PhD Thesis Suggestions

Caffeinomane's picture

Hello,

this is my first post in this interesting forum. I am now writing my PhD thesis and I would like to ask you for some suggestions regarding the typography of the document. Being a Physicist the natural tool for me for writing the thesis is LaTeX, unfortunately the set of default styles is limited and you see them everywhere. For instance some of the possibilities are inspired by "The Elements of Typographic Style" of Robert Bringhurst, that is great, but nowadays they are used by everybody. I would like something more original.
It is not that I pretend to create something as good as that style, I would like something simple but with a personality.

I would like to use a font like Amerigo for the body fo the document, but I am not sure if it is good for printing. The only problem with that is that it looks like that there is not a SmallCaps variant of it http://www.myfonts.com/fonts/bitstream/amerigo/ and I would like to use it. My choice for a math font is Euler that I have see coupled with Palatino and Garamond, but I am not sure if it could work with Amerigo.

What do you think of the combination Amerigo + Copperplate Gothic?

Thank you!

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hrant's picture

It's nice to see a non-typophile (or maybe you are one by now :-) pay such attention to typography.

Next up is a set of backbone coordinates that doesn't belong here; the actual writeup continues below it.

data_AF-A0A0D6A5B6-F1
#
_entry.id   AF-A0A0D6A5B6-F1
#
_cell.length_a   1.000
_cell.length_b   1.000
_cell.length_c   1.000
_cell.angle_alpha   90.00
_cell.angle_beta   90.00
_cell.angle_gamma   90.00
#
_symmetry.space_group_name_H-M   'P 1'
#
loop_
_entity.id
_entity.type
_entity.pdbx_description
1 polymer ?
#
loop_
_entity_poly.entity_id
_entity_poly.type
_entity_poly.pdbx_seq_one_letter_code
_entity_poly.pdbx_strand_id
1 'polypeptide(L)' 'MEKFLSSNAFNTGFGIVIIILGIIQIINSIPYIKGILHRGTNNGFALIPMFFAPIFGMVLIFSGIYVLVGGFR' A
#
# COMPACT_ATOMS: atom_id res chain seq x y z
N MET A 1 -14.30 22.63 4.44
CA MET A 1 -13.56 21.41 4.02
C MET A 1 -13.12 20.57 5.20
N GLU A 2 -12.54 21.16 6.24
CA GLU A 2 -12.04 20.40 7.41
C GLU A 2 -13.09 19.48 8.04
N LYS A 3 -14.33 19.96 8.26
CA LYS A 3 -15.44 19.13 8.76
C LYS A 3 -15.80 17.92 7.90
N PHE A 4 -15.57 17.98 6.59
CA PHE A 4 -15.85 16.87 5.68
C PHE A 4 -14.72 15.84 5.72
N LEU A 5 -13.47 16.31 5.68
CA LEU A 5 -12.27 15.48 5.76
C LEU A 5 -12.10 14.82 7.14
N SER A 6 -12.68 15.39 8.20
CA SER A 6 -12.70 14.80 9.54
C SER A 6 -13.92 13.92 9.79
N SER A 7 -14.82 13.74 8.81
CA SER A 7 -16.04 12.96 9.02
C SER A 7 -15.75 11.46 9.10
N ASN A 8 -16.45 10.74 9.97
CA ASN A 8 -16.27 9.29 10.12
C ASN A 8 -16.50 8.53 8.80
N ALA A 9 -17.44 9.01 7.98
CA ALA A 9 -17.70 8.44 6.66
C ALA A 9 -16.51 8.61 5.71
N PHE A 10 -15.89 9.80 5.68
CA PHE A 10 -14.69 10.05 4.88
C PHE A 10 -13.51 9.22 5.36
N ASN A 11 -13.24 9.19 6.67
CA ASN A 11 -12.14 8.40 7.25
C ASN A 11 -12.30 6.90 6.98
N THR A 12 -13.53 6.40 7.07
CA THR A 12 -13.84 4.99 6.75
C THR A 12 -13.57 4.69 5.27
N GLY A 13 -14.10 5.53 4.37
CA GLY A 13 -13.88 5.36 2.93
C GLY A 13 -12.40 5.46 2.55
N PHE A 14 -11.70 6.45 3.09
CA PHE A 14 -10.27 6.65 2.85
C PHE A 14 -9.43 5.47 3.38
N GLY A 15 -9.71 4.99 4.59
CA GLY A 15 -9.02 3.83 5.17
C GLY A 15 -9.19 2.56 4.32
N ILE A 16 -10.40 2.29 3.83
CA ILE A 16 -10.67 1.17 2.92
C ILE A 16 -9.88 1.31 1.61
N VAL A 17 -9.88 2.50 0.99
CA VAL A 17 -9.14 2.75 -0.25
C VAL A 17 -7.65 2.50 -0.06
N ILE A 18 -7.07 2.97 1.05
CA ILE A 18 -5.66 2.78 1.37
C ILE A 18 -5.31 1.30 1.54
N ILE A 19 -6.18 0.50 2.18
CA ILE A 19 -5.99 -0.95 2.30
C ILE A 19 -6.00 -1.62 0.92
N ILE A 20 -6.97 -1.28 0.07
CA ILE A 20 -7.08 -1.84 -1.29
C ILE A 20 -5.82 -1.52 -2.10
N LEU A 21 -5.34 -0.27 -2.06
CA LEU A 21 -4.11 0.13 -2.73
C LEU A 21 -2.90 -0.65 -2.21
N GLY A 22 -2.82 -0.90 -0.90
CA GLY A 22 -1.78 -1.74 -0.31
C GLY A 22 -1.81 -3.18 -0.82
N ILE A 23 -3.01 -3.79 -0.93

Since Amerigo is rather high-contrast (or at least that the thinnest parts are very thin) its suitability will depend on the point size and most of all the reproduction method. For example at 12 point on a laser printer it might be great. One thing going against Amerigo though is that it has flare serifs, not full serifs. In a PhD thesis high readability is important (and most people agree -with good reason- that serifs help).

But as you seem to realize it's Euler that's going to be calling the shots* in terms of what the other font should be, and to me Amerigo doesn't cut it. Your safest bet is Aldus/Palatino. Those two are basically sisters: the former is for text, the latter for display - and you might try using both, with Palatino for mixing within equations (as they've done with "cos" and "sin" there - although I wonder why they didn't simply use Euler for those). But this is all too predictable...

* Unless you can use something else - something more sober, less cursive.

If you're feeling up to the task you might instead look for something different that has everything you need - and it's possible to find serif fonts that have a subtly handwritten feel. What I can tell you though is that your biggest challenge will be getting the weights to harmonize: especially if the repro is high-quality the weights would have to be quite close to avoid a jarring effect.

hhp

Caffeinomane's picture

Thank you for your answer. My Idea was to use a main body of 10pt, so you suggest to avoid the Amerigo at that size.

Unfortunately the set of possible fonts with math support is somewhat limited (http://www.tug.dk/FontCatalogue/mathfonts.html). A suitable selection of fonts is:

Antykwa family, but I think it is too fancy for a long text:

Computer Concrete, that I really like:

Artemisia gives the idea of a handwritten serif font:

Always nice Garamond:

Palatino:

And finally the Times, that I really can not stand:

riccard0's picture

Please, dont't use Copperplate Gothic! ;-)

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